Fact Check: Purported Evidence in 'The Plot To Steal America' Video Does NOT Support Election Fraud Claims -- Mostly Consists of Rehashed Hoaxes

Fact Check

  • by: Maarten Schenk
Fact Check: Purported Evidence in 'The Plot To Steal America' Video Does NOT Support Election Fraud Claims -- Mostly Consists of Rehashed Hoaxes Bad Evidence

Does an advertising video titled "The Plot To Steal America" contain hard evidence of election fraud? No, that's not true: the 18-minute pitch contains allegations based on video clips purporting to show "evidence" but several of these clips do not actually show what is being claimed. The announcer repeats 11 already-debunked claims in the opening five minutes, then tells viewers to get their news from NewsMax, Epoch Times and One America News Network, switch from Google search to DuckDuckGo and to quit Twitter for Parler. At the conclusion, he asks viewers to sign up for his email list at a website that solicits cash donations.

The video appeared in a Facebook post (archived here) where it was published by a page named "Man In America" on December 7, 2020, under the title "The Plot to Steal America." The post originally read:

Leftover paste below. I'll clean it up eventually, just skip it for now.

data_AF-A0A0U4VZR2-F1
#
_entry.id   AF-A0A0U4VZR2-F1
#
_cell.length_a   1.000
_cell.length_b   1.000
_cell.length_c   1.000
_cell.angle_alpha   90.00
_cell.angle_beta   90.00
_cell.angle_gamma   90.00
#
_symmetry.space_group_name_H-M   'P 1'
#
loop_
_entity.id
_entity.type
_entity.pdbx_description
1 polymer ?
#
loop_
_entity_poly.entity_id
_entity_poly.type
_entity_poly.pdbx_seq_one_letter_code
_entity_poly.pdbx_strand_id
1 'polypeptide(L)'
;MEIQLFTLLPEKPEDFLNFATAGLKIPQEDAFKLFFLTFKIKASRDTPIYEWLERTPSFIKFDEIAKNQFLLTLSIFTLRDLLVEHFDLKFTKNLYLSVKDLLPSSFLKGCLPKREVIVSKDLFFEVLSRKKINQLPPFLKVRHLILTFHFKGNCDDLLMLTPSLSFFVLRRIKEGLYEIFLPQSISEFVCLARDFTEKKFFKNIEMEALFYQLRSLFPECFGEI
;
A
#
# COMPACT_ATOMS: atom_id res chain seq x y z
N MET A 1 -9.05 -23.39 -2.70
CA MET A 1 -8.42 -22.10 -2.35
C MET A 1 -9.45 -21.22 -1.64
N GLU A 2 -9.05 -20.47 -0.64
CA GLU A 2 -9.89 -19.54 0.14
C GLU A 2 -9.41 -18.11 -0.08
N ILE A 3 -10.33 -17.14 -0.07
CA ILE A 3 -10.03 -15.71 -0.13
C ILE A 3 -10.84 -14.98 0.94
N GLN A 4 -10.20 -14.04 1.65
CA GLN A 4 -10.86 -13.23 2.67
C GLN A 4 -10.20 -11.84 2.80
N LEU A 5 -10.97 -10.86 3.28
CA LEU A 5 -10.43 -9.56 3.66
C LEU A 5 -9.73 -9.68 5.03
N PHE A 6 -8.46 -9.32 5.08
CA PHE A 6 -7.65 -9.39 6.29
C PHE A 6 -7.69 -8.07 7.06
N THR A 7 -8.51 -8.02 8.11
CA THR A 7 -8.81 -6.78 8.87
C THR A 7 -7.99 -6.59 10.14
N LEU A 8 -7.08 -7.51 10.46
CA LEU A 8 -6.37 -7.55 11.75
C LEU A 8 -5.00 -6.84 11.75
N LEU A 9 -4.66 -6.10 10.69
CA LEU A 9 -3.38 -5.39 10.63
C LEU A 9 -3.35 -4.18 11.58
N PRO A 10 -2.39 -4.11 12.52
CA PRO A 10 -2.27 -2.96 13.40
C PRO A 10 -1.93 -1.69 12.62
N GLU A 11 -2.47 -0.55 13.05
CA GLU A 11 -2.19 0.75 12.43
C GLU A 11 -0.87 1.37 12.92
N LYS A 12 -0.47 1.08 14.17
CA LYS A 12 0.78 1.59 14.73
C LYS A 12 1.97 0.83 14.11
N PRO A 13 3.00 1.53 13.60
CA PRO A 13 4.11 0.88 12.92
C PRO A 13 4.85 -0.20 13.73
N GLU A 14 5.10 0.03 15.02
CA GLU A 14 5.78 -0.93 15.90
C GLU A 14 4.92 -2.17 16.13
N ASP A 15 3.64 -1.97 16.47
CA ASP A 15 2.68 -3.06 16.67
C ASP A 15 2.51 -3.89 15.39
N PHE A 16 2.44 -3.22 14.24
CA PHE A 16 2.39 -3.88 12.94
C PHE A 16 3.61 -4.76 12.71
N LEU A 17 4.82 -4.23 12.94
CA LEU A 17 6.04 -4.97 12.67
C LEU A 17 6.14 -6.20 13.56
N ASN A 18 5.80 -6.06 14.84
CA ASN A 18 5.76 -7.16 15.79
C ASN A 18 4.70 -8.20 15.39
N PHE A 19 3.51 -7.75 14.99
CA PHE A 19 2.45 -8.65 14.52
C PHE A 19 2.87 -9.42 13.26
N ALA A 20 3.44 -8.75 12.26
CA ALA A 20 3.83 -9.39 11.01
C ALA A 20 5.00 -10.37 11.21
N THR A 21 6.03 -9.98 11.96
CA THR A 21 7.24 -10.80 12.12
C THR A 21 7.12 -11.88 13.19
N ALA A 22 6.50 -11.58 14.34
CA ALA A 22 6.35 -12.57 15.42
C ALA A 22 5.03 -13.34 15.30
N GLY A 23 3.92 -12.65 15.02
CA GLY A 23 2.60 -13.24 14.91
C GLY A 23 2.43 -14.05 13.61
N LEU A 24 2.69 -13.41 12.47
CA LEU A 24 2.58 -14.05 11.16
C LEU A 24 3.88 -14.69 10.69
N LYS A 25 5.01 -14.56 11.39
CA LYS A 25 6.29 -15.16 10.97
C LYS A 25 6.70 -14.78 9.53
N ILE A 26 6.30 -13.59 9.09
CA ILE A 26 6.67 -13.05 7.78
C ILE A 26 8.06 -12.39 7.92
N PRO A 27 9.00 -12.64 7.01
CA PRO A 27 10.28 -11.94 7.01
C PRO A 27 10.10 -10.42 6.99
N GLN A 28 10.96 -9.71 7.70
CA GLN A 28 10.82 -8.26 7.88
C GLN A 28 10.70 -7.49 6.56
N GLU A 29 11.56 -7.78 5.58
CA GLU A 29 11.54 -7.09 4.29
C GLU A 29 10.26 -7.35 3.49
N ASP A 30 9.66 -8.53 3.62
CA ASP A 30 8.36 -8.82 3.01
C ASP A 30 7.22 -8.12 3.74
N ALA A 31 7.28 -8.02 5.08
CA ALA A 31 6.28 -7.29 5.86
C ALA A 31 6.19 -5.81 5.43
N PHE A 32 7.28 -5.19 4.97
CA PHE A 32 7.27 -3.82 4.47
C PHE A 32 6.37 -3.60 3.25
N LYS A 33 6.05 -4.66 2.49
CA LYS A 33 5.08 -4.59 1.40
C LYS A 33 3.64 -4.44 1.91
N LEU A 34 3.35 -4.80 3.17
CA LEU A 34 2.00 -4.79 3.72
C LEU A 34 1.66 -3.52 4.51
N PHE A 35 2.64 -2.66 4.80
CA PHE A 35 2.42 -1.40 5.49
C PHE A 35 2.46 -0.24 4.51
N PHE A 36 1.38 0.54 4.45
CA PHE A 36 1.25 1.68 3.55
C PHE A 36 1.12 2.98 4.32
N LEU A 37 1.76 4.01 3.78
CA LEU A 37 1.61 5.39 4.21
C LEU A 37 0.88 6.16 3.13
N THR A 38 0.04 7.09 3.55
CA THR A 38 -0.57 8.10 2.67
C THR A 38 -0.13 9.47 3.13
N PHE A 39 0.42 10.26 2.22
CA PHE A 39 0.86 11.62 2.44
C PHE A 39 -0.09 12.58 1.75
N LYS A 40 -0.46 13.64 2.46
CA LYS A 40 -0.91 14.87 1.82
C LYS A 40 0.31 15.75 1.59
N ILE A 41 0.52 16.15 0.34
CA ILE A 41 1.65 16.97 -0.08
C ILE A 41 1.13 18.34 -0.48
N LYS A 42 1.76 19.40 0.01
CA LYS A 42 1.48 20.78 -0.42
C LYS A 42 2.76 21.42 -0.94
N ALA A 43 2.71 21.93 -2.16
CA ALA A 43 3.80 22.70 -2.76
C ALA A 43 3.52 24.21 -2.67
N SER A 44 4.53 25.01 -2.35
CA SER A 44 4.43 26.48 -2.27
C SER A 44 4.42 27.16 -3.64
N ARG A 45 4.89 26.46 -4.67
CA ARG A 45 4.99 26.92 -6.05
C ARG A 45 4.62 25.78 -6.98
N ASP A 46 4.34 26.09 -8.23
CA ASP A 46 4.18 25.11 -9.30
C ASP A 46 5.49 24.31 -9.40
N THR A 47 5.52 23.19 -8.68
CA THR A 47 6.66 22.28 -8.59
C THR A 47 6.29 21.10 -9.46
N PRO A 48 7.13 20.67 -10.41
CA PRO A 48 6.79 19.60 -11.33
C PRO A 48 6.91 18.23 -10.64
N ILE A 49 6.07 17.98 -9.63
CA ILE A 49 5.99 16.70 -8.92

2020 has been a year like no other. Everything we know, everything we trust, and everything we have come to rely on has changed. So why should we expect the US election to be any different?

Mainstream media are telling us the race is over, Biden won, time to move on, nothing to see here folks. But in your gut, you know something's just not right. From the strange patterns on election night, to the weeks of suspense, to the reports of fraud that evaporate faster than Biden's memory. It just doesn't add up.

In this episode, I'll show you just what's going on behind the scenes in this election, and why the greatest threat we're facing right now, is not an invisible enemy invading our bodies, but one that's invading our country and our minds.

This is what the post looked like on Facebook at the time of writing:

Facebook screenshot

(Source: Facebook screenshot taken on Thu Dec 24 12:19:31 2020 UTC)

The video itself also appeared on YouTube (archived here and here).